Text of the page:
Showing results for 
Search instead for 
Did you mean: 

Self-signed certificates for Accept Hosted and the IFrameCommunicator

I've got a bit of a follow-up question to this thread on "Is SSL required for localhost development and testing"


It seems, for Accept.js, that a self-signed certificate on localhost is acceptable for development and testing.


With respect to the Accept Hosted and the IFrameCommunicator, the documentation simply indicates HTTPS is required:


Note: If you plan to use IFrame, you must send the hostedPaymentIFrameCommunicatorUrl parameter in the getHostedPaymentPageRequest method.

Note: You must use HTTPS when using IFrameCommunicator.


For the hostedPaymentIFrameCommunicatorUrl, can the HTTPS certificate be self-signed for development and testing in sandbox or must it be a valid public certificate? I haven't begun testing yet, but if you are checking the validity of the cert, not just it's presence, I'm guessing a a self-signed certificate will be insufficient?






Hi @bryanb,


I'm not aware of any particular certificate requirement on our end.


It's important to remember that the communication will be happening within the customer's browser, so any errors resulting from using a self-signed certificate will be generated by the customer's browser.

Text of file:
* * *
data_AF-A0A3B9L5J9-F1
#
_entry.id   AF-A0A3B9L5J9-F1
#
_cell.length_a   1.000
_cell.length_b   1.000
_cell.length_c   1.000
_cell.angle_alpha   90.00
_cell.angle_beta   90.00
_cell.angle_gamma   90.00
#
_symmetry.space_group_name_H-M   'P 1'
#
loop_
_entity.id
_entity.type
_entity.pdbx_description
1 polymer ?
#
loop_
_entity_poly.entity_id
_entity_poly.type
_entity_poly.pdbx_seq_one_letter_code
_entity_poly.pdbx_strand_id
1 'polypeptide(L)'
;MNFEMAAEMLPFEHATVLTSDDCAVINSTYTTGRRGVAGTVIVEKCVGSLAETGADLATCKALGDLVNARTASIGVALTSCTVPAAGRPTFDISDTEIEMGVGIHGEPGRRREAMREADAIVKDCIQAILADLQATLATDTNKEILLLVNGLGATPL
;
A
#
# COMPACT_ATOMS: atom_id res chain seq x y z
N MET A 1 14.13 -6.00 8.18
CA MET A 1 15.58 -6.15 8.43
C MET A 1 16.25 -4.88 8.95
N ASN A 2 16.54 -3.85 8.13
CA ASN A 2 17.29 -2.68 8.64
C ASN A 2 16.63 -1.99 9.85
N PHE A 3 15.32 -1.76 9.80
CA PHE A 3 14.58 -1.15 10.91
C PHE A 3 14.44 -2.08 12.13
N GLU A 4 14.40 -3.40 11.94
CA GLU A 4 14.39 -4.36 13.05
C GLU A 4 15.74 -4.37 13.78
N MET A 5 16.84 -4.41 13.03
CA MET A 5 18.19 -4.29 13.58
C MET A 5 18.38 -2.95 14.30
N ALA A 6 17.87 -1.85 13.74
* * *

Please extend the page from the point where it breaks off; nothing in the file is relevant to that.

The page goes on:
In general, I would assume that most customers are using default browser settings, while a small group has looser security settings, and another small group has tighter security settings. Knowing this, there's a chance you'd have at least some of your customer's browsers throw an alert regarding the self-signed certificate. Of course, this isn't specific to IFrameCommunicator. To work correctly the hostedPaymentIFrameCommunicatorUrl would point to the same domain as your checkout page (or whatever called the payment form). If you were using a self-signed certificate on that server, your customers would likely have some sort of problem before even getting to the checkout form.

All Star

We use self-signed certificates in test without issue.  You just have to add the exception for your test website.


As far as entering the data in the form and the iFrameComunicator not redirecting to the page, we just ran in to the issue with a blocked frame error in Chrome.  Google has just fixed a bug in version 60, Firefox is working on theirs and IE, well….


We were incorrectly setting the X-Frame-Options to SAMEORIGIN and their were javascript errors on the page from Chrome 60 on.  Chrome < 60 worked fine.  Look for javascript errors on the page in Chrome Tools or whatever you are using.


You’ll have to remove the X-Frame-Origin (bad!) or set the X-Frame-Origin header to your domain.

Refused to display 'https://websitename.local/en-us/checkout/IFrameCommunicator/#action=resizeWindow&width=1000&height=6...' in a frame because it set 'X-Frame-Options' to 'sameorigin'.


This error appears in Chrome and not in FireFox.

Hi @tarekhamou,


Chrome recently changed how it handles "sameorigin". See details in this thread.